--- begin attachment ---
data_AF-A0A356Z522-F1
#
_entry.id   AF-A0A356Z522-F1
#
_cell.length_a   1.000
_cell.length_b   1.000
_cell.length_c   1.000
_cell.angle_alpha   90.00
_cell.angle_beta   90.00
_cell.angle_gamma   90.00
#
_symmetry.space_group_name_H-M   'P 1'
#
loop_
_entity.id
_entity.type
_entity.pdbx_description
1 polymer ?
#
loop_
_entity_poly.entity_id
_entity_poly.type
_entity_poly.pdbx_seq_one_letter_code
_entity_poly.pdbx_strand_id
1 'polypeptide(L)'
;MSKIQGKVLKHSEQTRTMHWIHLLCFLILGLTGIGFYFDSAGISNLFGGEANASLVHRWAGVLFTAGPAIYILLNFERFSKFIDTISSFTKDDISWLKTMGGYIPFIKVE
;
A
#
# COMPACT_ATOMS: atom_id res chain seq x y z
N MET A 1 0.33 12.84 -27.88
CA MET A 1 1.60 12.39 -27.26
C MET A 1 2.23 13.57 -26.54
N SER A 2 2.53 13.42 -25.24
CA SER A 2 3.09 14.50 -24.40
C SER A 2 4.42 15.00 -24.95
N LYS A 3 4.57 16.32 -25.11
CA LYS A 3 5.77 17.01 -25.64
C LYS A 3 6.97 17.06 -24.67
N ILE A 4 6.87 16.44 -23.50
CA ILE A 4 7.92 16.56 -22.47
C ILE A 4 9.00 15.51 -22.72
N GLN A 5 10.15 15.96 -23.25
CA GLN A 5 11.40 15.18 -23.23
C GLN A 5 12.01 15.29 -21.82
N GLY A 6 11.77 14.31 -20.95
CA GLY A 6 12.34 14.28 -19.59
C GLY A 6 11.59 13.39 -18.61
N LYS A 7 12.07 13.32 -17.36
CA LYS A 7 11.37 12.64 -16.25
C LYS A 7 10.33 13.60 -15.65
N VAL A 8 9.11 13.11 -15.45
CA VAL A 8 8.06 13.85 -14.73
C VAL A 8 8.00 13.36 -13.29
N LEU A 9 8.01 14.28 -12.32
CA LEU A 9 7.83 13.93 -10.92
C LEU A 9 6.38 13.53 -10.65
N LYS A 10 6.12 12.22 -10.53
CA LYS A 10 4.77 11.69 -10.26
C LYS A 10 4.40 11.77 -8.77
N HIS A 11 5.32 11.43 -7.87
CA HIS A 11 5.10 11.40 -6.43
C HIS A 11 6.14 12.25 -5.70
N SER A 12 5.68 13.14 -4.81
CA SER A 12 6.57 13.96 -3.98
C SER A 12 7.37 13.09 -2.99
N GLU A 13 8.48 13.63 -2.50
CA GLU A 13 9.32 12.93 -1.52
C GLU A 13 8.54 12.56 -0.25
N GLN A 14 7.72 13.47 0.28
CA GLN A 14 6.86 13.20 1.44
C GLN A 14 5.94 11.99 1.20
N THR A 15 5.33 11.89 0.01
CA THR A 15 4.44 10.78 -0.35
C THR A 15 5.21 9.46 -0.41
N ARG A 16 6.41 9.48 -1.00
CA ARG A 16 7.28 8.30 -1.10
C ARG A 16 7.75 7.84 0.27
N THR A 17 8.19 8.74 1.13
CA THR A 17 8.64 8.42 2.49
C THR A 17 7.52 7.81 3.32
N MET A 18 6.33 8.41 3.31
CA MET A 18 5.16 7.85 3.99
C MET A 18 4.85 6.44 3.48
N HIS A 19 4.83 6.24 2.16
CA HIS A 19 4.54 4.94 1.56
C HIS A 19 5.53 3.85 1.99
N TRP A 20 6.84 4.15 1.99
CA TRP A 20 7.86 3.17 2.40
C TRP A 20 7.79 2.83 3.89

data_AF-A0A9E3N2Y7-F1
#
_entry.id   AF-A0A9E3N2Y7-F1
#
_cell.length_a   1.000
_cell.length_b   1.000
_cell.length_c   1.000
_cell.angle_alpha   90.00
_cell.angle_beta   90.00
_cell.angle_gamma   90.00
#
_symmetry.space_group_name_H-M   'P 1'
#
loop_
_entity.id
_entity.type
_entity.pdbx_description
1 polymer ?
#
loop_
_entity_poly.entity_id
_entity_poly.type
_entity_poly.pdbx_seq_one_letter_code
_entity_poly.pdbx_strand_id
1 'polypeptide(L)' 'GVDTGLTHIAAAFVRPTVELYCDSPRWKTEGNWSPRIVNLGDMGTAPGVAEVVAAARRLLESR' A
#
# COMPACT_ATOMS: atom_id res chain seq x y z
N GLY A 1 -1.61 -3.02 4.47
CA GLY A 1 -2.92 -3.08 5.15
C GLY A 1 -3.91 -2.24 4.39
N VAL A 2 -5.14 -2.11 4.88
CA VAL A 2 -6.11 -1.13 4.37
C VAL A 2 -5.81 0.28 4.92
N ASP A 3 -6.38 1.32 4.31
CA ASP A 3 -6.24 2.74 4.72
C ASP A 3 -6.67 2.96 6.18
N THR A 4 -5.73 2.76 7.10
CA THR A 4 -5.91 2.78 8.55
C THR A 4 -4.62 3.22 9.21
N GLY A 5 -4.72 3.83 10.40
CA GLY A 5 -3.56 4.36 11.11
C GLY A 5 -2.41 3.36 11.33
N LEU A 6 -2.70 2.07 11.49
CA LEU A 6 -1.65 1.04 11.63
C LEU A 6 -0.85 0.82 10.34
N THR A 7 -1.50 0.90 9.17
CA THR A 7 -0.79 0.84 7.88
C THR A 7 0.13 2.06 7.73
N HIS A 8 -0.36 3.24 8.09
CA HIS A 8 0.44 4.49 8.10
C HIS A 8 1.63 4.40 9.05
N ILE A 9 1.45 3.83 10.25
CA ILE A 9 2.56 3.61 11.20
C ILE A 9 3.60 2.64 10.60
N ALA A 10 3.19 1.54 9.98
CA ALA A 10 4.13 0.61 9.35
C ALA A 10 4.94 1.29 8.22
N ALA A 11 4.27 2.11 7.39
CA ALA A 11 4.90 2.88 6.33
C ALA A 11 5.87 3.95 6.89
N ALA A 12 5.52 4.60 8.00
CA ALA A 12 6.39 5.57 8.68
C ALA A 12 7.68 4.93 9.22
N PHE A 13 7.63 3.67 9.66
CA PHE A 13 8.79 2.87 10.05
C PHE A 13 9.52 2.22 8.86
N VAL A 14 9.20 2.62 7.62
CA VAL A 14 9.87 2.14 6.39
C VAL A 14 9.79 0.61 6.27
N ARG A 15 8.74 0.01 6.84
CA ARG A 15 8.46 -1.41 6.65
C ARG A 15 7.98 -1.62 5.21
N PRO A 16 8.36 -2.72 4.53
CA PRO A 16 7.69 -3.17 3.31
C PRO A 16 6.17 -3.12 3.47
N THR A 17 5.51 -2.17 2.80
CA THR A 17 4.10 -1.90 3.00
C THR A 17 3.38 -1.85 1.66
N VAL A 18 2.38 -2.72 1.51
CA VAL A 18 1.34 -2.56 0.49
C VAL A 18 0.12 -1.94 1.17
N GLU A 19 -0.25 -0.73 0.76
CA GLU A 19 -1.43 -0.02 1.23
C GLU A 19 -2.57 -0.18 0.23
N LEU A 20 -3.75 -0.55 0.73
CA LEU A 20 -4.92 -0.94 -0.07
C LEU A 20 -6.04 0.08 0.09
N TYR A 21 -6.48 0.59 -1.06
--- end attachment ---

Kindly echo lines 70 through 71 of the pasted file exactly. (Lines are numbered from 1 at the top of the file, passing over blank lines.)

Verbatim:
N GLN A 14 7.72 13.47 0.28
CA GLN A 14 6.86 13.20 1.44